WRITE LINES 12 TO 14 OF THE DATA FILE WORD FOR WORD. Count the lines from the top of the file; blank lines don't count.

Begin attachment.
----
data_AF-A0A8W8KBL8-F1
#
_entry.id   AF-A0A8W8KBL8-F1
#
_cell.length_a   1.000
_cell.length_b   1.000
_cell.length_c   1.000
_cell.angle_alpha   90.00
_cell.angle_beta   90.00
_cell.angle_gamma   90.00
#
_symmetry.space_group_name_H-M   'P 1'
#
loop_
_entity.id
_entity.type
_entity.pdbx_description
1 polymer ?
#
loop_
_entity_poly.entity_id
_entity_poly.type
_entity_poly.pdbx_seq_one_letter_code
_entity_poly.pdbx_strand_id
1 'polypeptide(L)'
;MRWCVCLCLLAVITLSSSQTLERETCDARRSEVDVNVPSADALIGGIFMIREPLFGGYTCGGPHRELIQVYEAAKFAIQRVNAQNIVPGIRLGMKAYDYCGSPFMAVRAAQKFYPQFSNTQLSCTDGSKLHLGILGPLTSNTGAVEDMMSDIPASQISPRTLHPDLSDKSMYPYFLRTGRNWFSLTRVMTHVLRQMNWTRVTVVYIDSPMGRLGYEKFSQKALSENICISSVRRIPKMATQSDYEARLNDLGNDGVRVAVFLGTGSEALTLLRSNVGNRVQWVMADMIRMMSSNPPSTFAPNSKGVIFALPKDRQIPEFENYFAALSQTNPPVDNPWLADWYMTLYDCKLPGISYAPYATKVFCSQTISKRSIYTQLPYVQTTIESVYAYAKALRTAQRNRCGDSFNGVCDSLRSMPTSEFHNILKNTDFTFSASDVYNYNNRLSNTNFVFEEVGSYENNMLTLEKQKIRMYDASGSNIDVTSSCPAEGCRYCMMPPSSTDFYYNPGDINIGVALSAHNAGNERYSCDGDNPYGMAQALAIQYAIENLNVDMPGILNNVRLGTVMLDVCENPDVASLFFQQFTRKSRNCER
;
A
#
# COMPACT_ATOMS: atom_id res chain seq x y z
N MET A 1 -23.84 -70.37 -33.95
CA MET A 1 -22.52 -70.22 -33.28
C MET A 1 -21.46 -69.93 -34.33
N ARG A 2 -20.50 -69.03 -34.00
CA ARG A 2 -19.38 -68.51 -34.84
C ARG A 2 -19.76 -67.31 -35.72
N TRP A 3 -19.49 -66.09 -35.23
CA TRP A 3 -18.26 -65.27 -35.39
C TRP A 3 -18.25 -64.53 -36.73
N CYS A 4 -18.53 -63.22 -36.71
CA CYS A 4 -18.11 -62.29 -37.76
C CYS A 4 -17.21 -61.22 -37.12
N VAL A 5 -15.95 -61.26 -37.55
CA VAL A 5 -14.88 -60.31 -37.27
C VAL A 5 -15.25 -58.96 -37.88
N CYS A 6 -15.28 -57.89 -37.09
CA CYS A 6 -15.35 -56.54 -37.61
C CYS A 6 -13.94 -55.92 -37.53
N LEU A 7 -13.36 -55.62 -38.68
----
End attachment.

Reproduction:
_symmetry.space_group_name_H-M   'P 1'
#
loop_